We speak with a fire safety expert on the 5 things you should tell your kids so your family is prepared for Australia’s bushfire season.

Bushfires are a huge part of life in Australia. There are often multiple large and out-of-control fires burning across the country during the summer. Considered one of Australia’s largest natural disasters, bushfires are a tragic and deadly part of our history.

The return of El Niño to Australia heightens the risks for this bushfire season. It is crucial that you and your family are well prepared. But how? Read on.

Why does El Niño matter?

Before we share expert advice on how to be prepared this bushfire season, let’s explain the focus on El Niño when it comes to the risks.

El Niño describes the extensive warming of the central and eastern tropical Pacific Ocean. This leads to significant changes in weather patterns across the Pacific. Trade winds weaken, warmer surface water builds up and Australian rainfall is suppressed. As a result, there are much drier conditions, less vegetation growth and drought.

As summer starts, bringing extreme heat, there is an increased drying effect. When combined with high winds, the results are catastrophic bushfire conditions. The devastating 2019 fires aptly named “Black Summer” came directly off the back of the 2019-2020 El Niño weather event which had caused the hottest and driest year on record for Australia.

Expert advice: How to be prepared for bushfires

The key to being prepared is to first know the risks of where you live, as they are going to be different. For those who live in high-risk bushfire areas, it’s important to stay up-to-date with the current fire danger ratings and have your home well-prepared.

1. Have a fire plan

“The easiest way to be prepared is with a fire plan,” said Tony Talbot, a fire safety expert at Brooks Australia.

Don’t underestimate the importance of a fire plan. When an emergency arises and panic is high, people need to know what to do and where to go, and you don’t have time to think about it. If you and your family do not have a fire plan, you’re increasing the risk of being caught in a dangerous situation.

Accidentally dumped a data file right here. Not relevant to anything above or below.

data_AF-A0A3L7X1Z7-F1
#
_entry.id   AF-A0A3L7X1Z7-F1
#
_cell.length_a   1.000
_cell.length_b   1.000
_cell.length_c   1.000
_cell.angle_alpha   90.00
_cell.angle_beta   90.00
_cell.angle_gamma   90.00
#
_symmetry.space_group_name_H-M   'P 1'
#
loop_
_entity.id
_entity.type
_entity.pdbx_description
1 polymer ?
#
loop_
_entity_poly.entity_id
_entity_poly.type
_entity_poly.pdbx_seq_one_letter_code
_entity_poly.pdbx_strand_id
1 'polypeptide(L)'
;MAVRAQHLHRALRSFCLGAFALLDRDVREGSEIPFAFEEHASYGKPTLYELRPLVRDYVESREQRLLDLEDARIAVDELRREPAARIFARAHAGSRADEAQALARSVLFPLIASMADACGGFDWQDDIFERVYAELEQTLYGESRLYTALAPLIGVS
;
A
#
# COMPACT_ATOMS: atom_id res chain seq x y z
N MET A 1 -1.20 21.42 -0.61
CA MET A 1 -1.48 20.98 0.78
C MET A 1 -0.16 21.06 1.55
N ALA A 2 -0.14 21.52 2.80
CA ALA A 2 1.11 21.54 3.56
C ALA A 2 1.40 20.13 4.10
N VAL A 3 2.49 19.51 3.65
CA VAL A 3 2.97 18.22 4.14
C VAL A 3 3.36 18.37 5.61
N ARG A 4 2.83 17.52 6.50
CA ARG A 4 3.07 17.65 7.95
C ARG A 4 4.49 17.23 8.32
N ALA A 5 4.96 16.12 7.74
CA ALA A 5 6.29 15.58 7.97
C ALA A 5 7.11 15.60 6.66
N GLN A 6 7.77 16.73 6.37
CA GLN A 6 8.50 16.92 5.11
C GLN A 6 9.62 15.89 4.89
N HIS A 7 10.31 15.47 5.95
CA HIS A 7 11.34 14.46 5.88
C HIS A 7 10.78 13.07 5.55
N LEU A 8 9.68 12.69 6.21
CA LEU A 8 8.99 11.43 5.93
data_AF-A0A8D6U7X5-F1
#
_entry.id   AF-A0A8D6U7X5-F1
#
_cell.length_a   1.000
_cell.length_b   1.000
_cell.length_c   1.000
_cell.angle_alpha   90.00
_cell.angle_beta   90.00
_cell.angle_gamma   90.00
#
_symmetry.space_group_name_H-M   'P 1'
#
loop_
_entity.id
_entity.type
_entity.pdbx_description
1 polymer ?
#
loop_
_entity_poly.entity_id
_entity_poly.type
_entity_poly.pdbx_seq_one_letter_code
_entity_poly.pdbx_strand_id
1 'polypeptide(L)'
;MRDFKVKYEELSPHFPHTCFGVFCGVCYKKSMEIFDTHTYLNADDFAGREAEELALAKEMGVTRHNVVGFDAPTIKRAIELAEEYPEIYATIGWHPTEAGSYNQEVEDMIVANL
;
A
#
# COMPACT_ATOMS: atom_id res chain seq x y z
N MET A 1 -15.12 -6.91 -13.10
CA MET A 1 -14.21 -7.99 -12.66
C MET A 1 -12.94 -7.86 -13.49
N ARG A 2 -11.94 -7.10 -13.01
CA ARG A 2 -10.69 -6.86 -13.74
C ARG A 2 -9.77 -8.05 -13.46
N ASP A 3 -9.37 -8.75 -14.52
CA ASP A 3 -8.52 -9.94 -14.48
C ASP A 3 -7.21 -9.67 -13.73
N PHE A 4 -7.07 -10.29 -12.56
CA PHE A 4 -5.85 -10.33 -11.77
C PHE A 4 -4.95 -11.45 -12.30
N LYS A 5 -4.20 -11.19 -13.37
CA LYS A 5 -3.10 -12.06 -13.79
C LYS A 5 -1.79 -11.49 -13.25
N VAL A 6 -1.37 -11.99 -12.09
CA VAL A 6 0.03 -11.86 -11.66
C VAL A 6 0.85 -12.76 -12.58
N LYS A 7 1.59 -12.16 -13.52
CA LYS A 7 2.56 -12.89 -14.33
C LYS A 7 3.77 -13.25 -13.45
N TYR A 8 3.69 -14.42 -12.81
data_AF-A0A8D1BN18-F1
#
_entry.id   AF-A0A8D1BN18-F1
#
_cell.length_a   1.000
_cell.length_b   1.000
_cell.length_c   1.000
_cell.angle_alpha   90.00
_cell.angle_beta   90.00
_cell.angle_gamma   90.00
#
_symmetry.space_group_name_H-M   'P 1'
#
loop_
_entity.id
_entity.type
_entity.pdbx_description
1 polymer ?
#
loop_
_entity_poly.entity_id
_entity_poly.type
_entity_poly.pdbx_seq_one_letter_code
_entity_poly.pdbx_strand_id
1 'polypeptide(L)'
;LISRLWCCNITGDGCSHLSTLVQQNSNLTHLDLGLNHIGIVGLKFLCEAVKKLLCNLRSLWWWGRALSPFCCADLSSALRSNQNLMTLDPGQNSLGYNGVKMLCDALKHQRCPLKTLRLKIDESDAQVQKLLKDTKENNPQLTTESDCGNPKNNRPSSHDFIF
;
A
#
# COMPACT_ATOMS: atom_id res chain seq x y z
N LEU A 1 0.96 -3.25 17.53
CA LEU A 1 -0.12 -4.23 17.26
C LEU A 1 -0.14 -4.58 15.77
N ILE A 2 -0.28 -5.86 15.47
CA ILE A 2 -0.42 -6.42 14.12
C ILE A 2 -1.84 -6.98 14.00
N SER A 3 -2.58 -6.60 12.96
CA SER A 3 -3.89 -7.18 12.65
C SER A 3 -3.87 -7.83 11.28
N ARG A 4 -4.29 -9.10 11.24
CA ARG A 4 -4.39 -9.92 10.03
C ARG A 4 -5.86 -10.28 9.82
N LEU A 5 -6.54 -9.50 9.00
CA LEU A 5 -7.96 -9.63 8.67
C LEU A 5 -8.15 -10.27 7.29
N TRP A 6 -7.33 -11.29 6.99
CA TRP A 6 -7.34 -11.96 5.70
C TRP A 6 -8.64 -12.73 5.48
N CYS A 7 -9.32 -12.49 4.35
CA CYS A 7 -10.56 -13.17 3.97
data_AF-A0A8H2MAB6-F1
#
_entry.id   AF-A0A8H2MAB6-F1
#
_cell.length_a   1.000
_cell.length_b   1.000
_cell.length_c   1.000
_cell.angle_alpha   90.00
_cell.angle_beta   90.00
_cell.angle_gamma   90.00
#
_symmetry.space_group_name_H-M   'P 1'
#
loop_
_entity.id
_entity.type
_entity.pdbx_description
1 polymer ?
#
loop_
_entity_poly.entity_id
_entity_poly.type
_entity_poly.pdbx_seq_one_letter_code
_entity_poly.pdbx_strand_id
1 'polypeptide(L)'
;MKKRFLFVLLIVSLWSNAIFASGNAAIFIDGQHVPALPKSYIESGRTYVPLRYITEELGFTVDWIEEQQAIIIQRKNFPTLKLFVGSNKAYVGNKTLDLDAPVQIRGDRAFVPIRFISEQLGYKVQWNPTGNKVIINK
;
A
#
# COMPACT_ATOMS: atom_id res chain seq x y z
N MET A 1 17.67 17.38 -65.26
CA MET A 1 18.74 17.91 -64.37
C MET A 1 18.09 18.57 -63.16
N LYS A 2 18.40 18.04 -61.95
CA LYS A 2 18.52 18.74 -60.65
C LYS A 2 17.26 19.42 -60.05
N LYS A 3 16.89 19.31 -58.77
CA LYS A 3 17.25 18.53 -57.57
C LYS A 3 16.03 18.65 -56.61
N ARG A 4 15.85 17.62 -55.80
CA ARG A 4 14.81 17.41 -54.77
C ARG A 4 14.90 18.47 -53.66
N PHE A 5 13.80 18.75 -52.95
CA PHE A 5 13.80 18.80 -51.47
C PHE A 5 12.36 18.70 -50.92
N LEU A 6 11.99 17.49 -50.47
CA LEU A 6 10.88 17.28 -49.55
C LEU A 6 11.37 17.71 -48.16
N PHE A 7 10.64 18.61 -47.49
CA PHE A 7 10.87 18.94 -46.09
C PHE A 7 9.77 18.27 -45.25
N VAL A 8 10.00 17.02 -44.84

We show you how to create a fire plan later.

2. Prepare the kids

When there is a fire, will your children have any idea of what to do and where to go? Having a fire plan is one thing, but talking about it is crucial, especially with young children.

“We’ve done some research and only 30 per cent of people with kids under five have even mentioned or started talking about a fire plan with their kids,” says Tony.

Tony recommends parents have a general chat regularly with their kids (such as over the dinner table) about the importance of a fire safety plan.

Here are five questions you should ask your kids to get them thinking:

  1. What would we do if there was a fire?
  2. Where are our exits at home?
  3. Where is our agreed safe place to go if there is a fire?
  4. Who do we call?
  5. What things do we take if there is a fire?

3. Don’t forget the fridge

Have a small bullet point list on the fridge with crucial information and simple steps to follow. Many kids keep their artwork, photos and all sorts of miscellaneous items there, making the family fridge a great reminder spot.

What is a fire plan and how to create one

A fire plan is much like that piece of laminated paper you often see inside a hotel room with a diagram of the floor plan, exits, access to fire extinguishers and an assembly point. It’s an evacuation plan that ensures there are multiple options for safely making it outside of the building and away from the fire.